Equis ISSN 2398-2977

Toxicity: anticoagulant rodenticide

Synonym(s): Anticoagulant rodenticide poisoning

Contributor(s): Karyn Bischoff, Birgit Puschner

Introduction

  • Cause:  commercial anticoagulant rodenticide products.
  • Signs:  increased coagulation times, hemorrhage.
  • Diagnosis: history of exposure, clinical hemorrhage, elevated coagulation times, detection of anticoagulant rodenticide in plasma or tissues.
  • Treatment: vitamin K1 administration.
  • Prognosis: excellent with early treatment; poor with delayed treatment in the presence of severe clinical signs.

Pathogenesis

Etiology

  • Commercial anticoagulant rodenticide products:
    • Short-acting anticoagulant rodenticides:
    • Long-acting anticoagulant rodenticides:
      • Brodifacoum.
      • Bromadiolone.
      • Chlorophacinone.
      • Difenacoum.
      • Difethialone.
      • Diphacinone.
      • Others.

Predisposing factors

General

  • Most anticoagulant rodenticide baits are grain-based.
  • Access to stored anticoagulant rodenticide:
    • Large storage containers of rodenticide bait left in horse access areas.
    • Routine use of small amounts of bait unlikely to be associated with poisoning.

Specific

Pathophysiology

  • Vitamin K1 needed for production of vitamin K-depending clotting coagulation factors in the liver.
    • Factor II (prothrombin).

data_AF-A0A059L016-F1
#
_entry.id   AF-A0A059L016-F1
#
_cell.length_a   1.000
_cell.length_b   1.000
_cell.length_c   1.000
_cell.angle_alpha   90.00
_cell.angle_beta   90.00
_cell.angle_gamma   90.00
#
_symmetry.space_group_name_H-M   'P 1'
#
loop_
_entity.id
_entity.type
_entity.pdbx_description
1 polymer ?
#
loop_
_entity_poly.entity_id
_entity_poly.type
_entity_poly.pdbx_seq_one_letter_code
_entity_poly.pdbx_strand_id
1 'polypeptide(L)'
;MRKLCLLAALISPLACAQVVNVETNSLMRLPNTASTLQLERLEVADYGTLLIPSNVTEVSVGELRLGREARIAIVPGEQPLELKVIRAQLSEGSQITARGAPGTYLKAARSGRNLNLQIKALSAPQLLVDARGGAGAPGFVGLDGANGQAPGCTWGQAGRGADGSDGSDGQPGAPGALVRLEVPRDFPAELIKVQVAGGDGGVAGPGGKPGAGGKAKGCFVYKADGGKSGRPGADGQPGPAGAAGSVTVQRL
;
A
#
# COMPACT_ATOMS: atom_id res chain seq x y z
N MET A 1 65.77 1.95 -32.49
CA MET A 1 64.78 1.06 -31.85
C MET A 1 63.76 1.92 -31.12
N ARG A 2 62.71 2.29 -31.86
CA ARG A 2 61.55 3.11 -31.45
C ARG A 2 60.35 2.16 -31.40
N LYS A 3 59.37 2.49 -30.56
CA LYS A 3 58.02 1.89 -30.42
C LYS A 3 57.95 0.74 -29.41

• Factor VII.
    • Factor IX.
    • Factor X.
  • Prevent vitamin K1 recycling:
    • Inhibit vitamin K1 epoxide reductase. 
      • Vitamin K1 converted to vitamin K1 epoxide during synthesis of coagulation factors. 
      • Enzyme reduces vitamin K1 epoxide to usable vitamin K1.
  • When coagulation factors become depleted, hemorrhage occurs.
    • Intrinsic pathway (factor IX).
    • Extrinsic pathway (factor VII).
    • Common pathway (factor II and X).

Timecourse

  • Increased PTT 12-24 h post-ingestion:
    • Factor IX VII has the shortest half-life in horses (Factor VII is all other species).
    • Clinical evidence of hemorrhage 24-96 h post-ingestion.

Diagnosis

This article is available in full to registered subscribers

Sign up now to purchase a 30 day trial, or Login

Treatment

This article is available in full to registered subscribers

Sign up now to purchase a 30 day trial, or Login

Prevention

This article is available in full to registered subscribers

Sign up now to purchase a 30 day trial, or Login

Outcomes

This article is available in full to registered subscribers

Sign up now to purchase a 30 day trial, or Login

Further Reading

Publications

Refereed papers

  • Recent references from PubMed and VetMedResource.
  • Carvallo F R et al (2016) Cluster of cases of massive haemorrhage associated with anticoagulant detection in race horses. J Vet Diag Invest 27 (1), 112-116 PubMed.
  • Ayala I et al (2007) Fatal brodifacoum poisoning in a pony. Can Vet J 48 (6), 627-629 PubMed.
  • McConnico R S, Copedge K & Bischoff K L (1997) Brodifacoum toxicosis in two horses. JAVMA 211 (7), 882-886 PubMed.
  • Boermans H J, Johnstone I, Black W D & Murphy M (1990) Clinical signs, laboratory changes, and toxicokinetics of brodifacoum in the horse. Can J Vet Res 55 (1), 21-27 PubMed.
  • Byars T D, Greene C E & Kemp D T (1986) Antidotal effect of vitamin K1 against warfarin-induced anticoagulation in horses. Am J Vet Res 47 (10), 2309-2312 PubMed.

Other sources of information

  • • Plumb D C (2015) Veterinary Drug Handbook 8th Edition. Wiley Blackwell. ISBN: 978-0-4709-5964-0.


ADDED